By: JT Pynne and Julia Yearout (GA DNR)

Halloween season is a great time to dive into the spooky animals that exist in our very backyard.

Glowing Animals
Some animals have an almost supernatural ability to glow in the dark! Several biofluorescent and bioluminescent animals live in your very backyard. Many arthropods glow under ultraviolet (UV light), like spiders and scorpions, or produce their own luminescence, like fireflies that glow on a summer night. There’s a more secretive side to glowing wildlife: mammals also glow under UV light. Psychedelic opossums, flying squirrels, and, in certain parts of Georgia, pocket gophers fluoresce. Opossums get even spookier because they play dead, and pocket gophers are also extra scary because they choose to haunt dark tunnels underground.

A pocket gopher glowing under UV light.

Creepy Mouthparts
From bloodsucking to just plain creepy looking, many wildlife species have wild ways to get food into their mouth. Spiders have fangs (chelicera) and pedipalps to help them manipulate and envenomate their prey. Star-nosed moles eat only insects, and their underground lifestyle has led to a fleshy, tentacle-like looking face. These facial structures help them find insects in the dark. Although we don’t have any vampire bats in Georgia, we do have leeches, mosquitoes, ticks, and even kissing bugs with piercing and sucking mouth parts.

A star-nosed mole (credit:

Mosquitoes have very specialized mouths and their saliva produces a numbing agent in their victims.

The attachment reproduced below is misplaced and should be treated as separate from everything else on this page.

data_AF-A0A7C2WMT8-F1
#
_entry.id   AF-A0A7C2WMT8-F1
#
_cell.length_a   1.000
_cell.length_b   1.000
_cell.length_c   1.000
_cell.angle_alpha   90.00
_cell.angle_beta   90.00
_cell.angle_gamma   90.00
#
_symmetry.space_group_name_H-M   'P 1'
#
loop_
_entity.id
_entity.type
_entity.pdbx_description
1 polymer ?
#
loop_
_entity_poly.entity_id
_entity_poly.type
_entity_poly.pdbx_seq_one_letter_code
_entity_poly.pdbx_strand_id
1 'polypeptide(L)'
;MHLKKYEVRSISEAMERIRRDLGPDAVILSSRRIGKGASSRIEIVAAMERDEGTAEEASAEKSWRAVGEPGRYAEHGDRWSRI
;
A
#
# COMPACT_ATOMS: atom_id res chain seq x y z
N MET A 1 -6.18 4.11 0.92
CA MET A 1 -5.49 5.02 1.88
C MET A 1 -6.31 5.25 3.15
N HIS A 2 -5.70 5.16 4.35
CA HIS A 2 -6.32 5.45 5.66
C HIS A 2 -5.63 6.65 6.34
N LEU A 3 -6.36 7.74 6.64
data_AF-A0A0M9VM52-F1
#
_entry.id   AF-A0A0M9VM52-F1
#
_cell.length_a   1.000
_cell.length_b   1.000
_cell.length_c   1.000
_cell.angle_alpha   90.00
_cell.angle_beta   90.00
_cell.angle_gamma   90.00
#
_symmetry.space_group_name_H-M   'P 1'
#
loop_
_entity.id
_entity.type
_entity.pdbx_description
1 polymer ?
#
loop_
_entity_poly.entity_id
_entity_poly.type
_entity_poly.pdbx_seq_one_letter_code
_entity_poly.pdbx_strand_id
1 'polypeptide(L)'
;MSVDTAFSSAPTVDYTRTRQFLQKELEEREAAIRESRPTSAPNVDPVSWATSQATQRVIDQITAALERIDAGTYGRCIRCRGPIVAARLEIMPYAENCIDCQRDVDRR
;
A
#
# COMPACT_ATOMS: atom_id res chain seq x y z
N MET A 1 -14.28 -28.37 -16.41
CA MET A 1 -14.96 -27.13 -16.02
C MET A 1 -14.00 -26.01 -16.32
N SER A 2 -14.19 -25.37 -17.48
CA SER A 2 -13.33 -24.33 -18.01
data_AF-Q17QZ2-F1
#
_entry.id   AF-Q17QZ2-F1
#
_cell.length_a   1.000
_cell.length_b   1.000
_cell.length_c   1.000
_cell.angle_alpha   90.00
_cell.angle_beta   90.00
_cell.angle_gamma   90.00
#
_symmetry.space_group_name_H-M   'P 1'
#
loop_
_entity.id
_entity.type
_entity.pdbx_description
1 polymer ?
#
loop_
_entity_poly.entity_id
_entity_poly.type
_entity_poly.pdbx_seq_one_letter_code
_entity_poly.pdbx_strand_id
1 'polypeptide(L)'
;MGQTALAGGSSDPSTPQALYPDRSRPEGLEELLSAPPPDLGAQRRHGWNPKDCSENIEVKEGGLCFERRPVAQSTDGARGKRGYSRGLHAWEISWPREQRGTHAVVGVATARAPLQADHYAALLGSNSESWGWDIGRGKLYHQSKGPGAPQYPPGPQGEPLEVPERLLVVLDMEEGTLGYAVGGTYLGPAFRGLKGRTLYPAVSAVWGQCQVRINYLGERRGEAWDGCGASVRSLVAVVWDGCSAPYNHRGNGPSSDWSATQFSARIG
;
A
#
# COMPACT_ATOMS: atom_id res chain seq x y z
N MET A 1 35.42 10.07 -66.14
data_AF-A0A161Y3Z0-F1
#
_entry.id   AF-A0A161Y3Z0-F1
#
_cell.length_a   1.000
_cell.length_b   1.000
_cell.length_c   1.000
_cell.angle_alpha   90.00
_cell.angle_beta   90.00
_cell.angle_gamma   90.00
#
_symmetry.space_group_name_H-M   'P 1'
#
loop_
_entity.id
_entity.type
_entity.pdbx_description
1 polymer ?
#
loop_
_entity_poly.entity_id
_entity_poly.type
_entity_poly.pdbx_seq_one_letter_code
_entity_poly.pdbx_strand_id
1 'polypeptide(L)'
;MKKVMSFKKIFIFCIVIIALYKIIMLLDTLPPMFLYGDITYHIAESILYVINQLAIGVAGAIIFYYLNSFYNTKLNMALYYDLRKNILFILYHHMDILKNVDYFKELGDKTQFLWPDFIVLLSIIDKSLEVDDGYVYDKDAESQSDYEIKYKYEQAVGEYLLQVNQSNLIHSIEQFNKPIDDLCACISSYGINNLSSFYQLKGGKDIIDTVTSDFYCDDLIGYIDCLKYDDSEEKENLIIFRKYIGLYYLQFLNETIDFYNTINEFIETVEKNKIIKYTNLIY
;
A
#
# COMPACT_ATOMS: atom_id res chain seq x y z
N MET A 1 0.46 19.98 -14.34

Just Bats in General
Some spooky wildlife recognizable from Halloween décor this time of year are bats. While Hollywood portrays bats as super scary evil creatures, they are actually extremely cool and play a vital role in our ecosystems. Bats can consume 6 times their body weight in insects each night. Bats are an amazing and completely natural form of pest control and actually save farmers in the United States over 3 billion dollars each year! The scariest part about bats is their susceptibility to diseases from coronaviruses, rabies, and even the dreaded white-nose syndrome (also seen as WNS). WNS cannot be passed to humans but has been responsible for a loss of millions of bats in North American over the last decade. To support such a cool spooky animal, get some bat boxes to encourage roosting bats in your neighborhood and spread positive and truthful information about our friendly sky puppies.

A tricolored bat with the dreaded white nose syndrome on his nose and wings.

A freshly banded tricolored bat getting ready to go forage.

Take a flashlight out into your yard at night, and shine it towards the ground. You might see a bunch of eyes shining back at you from spiders. Many other bug species in Georgia are creepy (but also cool). We have mole crickets which are just plain funky looking, and camel crickets with eerily long legs. There are also dobsonflies with males having crazy long pincer-like mandibles. Robber flies are one of my personal favorite scary insects because they are aggressive predators on other insects; they catch things like bees midflight. On an even scarier note, there are lots of invasive insects out there, like the joro spider.

Mole cricket.

Marbled orb-weaver.

Joro spider.

Crows and Scavenging birds
Another mysterious and classic Halloween that sometimes represent looming danger are crows and vultures. Crows in particular are incredibly intelligent and recently it was discovered that they can even understand the concept of zero. Vultures aren’t the only ones that are extra bizarre because they scavenge and consume carrion, eagles and hawks and many other animals do as well. Carrion is the decaying flesh of dead animals. Spooky!

An American Crow (credit:

May your spooky season be extra weird and wacky, and sometimes wicked with all this wildlife knowledge. Now, hopefully we can recover with some delicious candy.

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